As their community grows quickly in Toronto, Mexicans across Toronto are celebrating their roots in bigger numbers every year.
“It wasn’t so long ago the Mexican community in Toronto was much smaller than it currently is,” said Mexican Day Toronto organizer Hilda Panasiuk at the 29th annual Mexican Independence Day Celebration on Sept. 16.
The Toronto event is recognized now as one of the largest Independence Day celebrations outside of Mexico and the largest in Canada — and it draws many people from different communities.
“When we started there were several people doing their own events and the Mexican Consulate suggested we pool our talents and resources and create one not just for the Mexican community, but the entire city as well,” Panasiuk said.
Independence Day commemorates the beginning of Mexico’s struggle for Independence from Spanish colonial rule.
Sept. 15, 1810 is the date Miguel Hidalgo y Costilla rang the church bell in the town of Dolores, Mexico and delivered his call to arms, beginning the war of independence. This call to arms became known as “Grito de Dolores” (Cry of Dolores).
Each year in Mexico City’s main square, people gather and prepare for Mexico’s president to reenact the “Grito de Dolores” to the city gathered below the balcony of the National Palace. As the president says “Viva Mexico!” the crowd responds back “Viva!”. After the “grito,” the national anthem is sung, and fireworks light the sky, marking the beginning of the holiday.
Today members of the Mexican community in Toronto are motivated by “a desire to share our rich heritage, pass along our traditions to our children and younger generations,” Panasiuk said.
Toronto has about 61,000 Mexican people, according to the 2022 census.
As in Mexico, the celebration in Toronto is filled with dance, food, music, art, and culture. With traditions brought from different Mexican states, people can experience what the celebration is like in all of Mexico.
Mexxi Arts owner Victoria Duran, a sponsor of this year’s celebration, brought Monos de Calenda, a tradition from the state of Oaxaca to the celebration.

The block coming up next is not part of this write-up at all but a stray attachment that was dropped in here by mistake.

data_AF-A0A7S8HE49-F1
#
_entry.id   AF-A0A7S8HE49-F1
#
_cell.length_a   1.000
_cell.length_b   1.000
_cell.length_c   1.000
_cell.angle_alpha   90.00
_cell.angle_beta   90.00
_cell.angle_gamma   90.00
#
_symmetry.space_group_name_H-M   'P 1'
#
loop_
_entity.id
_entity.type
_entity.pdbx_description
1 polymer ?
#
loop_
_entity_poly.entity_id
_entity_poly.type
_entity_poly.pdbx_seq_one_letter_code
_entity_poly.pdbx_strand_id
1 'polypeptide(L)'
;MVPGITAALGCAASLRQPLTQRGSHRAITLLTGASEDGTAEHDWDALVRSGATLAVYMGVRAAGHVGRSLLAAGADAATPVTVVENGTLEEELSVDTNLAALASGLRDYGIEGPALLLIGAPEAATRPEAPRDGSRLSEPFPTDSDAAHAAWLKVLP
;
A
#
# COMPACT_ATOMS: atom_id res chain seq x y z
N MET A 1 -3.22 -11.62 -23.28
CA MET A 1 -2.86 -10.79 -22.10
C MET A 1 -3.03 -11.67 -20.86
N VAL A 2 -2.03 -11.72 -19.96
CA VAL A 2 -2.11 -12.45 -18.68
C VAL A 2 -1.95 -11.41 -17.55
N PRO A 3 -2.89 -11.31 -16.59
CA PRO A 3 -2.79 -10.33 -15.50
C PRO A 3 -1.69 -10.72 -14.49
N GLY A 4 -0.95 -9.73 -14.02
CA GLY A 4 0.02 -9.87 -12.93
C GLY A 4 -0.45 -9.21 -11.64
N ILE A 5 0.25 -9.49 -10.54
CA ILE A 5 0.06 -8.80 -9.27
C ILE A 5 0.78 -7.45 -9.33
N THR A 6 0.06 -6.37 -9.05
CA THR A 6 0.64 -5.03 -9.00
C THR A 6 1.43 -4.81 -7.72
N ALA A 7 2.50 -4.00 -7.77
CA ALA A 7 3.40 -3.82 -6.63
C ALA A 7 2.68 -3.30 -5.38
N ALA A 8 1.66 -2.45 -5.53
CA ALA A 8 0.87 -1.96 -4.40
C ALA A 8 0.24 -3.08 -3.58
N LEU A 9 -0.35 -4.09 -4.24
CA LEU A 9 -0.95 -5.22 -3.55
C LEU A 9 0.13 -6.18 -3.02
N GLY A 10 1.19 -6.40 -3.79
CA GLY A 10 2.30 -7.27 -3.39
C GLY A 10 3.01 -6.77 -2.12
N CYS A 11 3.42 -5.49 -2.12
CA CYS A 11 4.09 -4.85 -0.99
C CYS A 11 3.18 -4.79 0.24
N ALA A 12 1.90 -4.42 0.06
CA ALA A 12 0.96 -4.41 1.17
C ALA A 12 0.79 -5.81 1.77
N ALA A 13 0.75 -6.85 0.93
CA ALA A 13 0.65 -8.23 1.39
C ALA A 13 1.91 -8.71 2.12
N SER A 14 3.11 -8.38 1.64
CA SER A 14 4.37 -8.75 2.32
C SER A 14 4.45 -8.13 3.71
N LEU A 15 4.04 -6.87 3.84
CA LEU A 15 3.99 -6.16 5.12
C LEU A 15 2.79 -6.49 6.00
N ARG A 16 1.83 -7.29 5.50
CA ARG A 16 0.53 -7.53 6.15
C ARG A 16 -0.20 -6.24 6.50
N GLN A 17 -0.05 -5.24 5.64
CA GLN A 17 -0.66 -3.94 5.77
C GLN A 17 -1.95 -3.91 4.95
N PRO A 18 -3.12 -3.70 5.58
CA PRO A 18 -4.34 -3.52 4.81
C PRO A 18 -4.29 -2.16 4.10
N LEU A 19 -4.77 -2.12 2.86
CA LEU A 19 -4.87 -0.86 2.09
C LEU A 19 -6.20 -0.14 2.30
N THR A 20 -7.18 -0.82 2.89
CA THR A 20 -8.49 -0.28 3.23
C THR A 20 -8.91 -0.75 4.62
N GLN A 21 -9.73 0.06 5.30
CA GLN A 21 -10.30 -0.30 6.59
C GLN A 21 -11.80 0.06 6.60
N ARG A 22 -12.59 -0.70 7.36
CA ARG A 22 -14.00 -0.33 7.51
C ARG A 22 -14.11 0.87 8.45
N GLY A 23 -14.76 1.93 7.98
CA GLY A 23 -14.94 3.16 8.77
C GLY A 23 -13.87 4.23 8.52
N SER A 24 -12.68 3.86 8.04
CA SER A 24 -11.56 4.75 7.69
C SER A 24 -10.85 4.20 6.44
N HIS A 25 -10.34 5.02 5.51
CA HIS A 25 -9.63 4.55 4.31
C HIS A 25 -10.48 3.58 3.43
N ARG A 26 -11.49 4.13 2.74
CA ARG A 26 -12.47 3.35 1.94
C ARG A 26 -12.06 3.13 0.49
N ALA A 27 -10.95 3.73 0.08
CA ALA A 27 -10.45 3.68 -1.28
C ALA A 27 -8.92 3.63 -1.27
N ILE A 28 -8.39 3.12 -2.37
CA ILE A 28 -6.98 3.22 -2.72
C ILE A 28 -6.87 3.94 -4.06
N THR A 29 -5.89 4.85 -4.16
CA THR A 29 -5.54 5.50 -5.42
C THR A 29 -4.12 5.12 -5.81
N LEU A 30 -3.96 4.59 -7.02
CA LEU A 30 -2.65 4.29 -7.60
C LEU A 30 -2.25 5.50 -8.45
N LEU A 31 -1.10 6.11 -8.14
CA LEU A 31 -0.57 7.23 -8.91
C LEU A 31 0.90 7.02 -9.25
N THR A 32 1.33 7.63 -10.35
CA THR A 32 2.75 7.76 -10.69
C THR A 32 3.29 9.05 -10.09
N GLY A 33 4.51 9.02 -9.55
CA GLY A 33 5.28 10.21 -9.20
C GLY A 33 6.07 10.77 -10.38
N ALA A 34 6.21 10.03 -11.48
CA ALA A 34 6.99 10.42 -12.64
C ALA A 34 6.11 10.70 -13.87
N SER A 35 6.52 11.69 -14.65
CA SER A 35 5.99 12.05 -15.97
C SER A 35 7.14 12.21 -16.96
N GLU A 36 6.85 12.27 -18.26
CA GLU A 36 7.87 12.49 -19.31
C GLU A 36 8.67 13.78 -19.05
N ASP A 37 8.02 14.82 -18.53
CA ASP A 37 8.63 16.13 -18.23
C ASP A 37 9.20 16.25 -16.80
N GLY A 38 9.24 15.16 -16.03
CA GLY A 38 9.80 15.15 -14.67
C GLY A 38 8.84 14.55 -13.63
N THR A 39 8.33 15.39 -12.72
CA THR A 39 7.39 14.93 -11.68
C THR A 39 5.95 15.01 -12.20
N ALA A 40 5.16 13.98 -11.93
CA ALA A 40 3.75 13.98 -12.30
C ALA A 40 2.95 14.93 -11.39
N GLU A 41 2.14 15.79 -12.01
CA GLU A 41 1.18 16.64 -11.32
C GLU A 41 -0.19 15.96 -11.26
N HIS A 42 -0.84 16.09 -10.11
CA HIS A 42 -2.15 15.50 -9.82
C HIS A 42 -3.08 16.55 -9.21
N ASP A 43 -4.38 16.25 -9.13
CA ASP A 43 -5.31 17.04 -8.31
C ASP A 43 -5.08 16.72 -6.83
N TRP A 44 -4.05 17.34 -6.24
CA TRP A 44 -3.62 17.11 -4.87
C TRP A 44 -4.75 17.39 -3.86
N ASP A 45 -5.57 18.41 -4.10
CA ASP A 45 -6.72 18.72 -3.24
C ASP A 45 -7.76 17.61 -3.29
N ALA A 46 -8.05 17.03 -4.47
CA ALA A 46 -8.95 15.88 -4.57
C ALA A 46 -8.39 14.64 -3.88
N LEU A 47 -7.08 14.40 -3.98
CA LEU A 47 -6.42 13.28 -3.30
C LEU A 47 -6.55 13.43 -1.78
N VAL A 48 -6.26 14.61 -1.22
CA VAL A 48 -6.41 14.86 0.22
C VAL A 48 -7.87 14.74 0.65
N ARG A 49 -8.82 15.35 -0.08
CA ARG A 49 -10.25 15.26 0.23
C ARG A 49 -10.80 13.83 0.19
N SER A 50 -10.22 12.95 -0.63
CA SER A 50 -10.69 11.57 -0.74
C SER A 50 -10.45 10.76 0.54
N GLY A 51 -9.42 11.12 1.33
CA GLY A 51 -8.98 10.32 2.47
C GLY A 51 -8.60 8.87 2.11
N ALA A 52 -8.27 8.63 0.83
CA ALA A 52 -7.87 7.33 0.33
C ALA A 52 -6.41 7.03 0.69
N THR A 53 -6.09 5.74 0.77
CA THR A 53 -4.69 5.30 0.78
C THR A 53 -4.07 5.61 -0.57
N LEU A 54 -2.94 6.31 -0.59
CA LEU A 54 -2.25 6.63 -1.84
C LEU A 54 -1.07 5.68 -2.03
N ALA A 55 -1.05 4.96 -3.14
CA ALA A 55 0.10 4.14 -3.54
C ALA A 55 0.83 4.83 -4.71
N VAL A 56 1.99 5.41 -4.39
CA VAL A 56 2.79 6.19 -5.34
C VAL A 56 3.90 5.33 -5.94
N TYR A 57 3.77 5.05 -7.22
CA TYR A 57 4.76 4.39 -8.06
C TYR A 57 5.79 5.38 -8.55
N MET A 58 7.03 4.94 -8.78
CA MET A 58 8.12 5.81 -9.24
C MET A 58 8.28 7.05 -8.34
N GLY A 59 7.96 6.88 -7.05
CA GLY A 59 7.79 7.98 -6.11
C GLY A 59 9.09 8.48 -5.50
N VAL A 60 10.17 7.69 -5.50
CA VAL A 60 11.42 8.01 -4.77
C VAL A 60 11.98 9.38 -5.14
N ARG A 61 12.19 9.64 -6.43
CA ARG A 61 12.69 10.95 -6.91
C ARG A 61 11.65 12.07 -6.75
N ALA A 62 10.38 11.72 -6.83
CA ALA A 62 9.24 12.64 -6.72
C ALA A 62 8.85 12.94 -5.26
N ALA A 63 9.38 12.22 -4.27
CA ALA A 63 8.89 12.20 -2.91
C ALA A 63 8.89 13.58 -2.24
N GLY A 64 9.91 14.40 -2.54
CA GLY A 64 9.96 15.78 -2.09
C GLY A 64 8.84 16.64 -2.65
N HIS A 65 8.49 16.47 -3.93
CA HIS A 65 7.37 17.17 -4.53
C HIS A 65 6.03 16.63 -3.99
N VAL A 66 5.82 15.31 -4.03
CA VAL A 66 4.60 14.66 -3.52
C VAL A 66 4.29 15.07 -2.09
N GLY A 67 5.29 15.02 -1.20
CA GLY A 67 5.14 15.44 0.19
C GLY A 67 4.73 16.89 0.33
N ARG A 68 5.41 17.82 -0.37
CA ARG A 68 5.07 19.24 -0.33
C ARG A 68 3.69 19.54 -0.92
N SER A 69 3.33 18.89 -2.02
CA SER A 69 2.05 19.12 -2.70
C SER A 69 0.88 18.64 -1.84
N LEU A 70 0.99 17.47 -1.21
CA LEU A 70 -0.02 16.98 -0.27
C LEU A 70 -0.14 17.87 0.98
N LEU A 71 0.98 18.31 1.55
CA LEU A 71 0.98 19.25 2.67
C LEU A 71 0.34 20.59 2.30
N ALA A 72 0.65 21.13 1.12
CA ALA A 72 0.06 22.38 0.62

A Calenda is a giant paper maché puppet, with a person inside of it making all of its movements. Duran was able to make this happen for this year’s celebration, making the Calendas with recycled paper.
Through her company of Mexxi Arts which she founded four years ago, Duran’s mission is to share the Mexican culture in this country.
The Calenda for her was a way to bring nostalgia to the event, for her to able to share Mexican culture with Canada, which had already welcomed her with open arms and made her feel eat home, she said.
“That’s the beauty of sharing our own Latin America in a foreign country,” Duran said.
Duran share Mexican culture for her daughter who was born in Toronto.
“Being in another country, it’s important that we stay close to our roots, to not divide ourselves from our own traditions and cultures,” she said, “I want my daughter to know my culture because that’s the cultural inheritance that I will leave for her in this life.”
According to Panasiuk, the event is well received by the city of Toronto. Mexican Day Toronto, a small organization “connected by the love of the event and culture” is extremely grateful for this, she said.
Moreno Travel owner Gonzalo Moreno has been a sponsor for 25 years and admires how the small organization ensures this event is carried out every year.
“We must preserve our culture and values even in foreign lands,” Moreno said. He sees this day as a way to share Mexico’s culture even with non-Mexicans.
Panasuik said Mexican Day Toronto wants to expand its footprint at Nathan Phillips Square.
“As long as the community keeps supporting us, showing up, sharing the passion and love of the event, we’ll keep going,” she said.